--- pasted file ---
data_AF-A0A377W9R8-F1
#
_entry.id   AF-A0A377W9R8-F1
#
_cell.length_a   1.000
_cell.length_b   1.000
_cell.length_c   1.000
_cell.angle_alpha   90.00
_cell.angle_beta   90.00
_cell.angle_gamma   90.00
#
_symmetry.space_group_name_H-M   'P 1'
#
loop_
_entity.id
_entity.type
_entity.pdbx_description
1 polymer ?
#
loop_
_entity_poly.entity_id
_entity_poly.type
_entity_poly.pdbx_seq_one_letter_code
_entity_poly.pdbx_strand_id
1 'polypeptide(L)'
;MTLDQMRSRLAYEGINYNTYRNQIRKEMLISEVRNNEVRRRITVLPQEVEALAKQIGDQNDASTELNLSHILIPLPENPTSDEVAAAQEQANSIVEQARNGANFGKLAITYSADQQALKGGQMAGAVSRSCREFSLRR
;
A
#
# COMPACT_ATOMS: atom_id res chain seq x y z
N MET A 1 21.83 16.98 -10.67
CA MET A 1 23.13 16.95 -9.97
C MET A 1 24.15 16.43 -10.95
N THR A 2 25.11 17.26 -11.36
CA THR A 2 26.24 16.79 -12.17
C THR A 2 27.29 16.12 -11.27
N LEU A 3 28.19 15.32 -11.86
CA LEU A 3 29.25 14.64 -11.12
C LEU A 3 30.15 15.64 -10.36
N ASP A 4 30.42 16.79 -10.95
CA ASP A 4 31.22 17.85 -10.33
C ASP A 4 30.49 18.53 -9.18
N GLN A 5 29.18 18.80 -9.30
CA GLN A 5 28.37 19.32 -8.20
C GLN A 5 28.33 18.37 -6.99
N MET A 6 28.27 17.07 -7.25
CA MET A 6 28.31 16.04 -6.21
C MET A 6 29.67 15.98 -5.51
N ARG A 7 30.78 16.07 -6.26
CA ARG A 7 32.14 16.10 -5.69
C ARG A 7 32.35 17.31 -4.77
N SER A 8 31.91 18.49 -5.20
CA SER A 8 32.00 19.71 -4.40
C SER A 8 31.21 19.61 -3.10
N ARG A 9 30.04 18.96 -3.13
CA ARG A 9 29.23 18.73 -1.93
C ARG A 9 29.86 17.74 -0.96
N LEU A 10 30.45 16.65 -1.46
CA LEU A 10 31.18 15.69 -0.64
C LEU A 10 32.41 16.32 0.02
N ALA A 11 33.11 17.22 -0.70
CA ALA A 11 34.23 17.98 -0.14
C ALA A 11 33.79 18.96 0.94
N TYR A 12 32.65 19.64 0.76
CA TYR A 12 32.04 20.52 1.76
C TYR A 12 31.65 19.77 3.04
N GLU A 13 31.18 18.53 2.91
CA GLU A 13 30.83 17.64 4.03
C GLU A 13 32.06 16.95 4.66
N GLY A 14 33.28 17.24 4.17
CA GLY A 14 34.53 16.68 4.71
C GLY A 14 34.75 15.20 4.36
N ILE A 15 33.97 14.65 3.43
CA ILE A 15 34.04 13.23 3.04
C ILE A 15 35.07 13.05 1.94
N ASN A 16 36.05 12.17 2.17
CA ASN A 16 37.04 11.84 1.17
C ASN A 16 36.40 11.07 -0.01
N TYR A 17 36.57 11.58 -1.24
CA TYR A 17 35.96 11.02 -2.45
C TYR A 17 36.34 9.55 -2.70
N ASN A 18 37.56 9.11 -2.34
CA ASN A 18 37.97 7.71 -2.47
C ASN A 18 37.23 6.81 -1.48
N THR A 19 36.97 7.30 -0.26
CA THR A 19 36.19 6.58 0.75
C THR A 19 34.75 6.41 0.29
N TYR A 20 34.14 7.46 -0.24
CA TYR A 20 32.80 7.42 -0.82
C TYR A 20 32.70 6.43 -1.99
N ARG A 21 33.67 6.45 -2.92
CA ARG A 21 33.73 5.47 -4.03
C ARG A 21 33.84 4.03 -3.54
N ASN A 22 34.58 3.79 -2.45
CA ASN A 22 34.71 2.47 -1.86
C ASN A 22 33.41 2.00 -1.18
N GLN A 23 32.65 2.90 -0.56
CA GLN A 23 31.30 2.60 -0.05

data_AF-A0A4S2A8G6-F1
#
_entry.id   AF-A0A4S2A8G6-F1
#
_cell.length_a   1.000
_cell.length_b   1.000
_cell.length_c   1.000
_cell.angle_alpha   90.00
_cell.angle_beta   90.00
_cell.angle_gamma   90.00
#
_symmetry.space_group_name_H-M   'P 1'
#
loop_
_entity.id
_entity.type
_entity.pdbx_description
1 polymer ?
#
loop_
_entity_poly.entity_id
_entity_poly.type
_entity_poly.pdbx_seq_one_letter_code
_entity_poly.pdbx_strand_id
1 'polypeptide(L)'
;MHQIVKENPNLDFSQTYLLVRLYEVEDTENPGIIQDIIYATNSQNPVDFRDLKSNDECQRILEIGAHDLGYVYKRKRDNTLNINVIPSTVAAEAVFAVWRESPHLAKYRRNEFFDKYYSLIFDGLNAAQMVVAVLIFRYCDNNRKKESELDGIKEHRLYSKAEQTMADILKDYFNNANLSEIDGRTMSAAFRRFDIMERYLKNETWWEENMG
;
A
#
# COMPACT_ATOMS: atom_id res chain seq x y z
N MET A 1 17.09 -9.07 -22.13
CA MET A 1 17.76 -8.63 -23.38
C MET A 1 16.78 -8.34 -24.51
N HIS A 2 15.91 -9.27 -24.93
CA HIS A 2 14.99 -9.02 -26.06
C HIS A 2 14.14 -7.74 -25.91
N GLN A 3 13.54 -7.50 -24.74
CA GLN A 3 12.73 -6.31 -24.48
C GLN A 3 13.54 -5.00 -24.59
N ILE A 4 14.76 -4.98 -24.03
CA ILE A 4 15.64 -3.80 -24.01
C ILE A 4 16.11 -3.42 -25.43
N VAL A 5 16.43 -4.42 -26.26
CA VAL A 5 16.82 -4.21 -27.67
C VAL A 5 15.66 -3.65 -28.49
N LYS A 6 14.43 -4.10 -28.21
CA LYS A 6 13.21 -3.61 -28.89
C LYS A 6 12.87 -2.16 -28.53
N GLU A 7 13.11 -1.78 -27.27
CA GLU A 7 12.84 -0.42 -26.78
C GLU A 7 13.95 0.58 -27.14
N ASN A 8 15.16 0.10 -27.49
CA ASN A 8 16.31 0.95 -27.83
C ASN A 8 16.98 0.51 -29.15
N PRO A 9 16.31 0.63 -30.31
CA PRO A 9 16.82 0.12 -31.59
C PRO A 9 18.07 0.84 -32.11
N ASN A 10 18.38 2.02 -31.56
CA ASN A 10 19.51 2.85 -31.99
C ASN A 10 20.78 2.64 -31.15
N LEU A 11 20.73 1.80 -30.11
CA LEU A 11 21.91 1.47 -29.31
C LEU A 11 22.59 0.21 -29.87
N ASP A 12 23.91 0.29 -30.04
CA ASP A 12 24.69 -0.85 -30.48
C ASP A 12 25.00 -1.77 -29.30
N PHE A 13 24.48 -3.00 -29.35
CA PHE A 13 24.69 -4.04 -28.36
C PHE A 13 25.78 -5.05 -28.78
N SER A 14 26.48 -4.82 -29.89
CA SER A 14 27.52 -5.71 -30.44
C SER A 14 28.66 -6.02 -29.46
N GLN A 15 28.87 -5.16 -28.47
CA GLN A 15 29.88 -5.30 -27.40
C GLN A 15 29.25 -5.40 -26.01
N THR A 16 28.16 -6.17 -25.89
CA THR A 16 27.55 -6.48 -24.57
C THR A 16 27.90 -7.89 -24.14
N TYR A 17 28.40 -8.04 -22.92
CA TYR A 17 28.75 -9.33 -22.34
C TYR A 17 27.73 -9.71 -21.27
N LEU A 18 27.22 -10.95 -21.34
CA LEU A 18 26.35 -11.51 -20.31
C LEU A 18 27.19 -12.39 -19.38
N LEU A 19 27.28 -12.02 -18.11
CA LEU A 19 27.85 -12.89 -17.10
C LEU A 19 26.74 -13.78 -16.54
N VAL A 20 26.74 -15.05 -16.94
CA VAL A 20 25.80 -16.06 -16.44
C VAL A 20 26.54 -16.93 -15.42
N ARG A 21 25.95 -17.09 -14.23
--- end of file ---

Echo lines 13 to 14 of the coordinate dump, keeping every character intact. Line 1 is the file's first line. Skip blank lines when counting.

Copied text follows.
#
loop_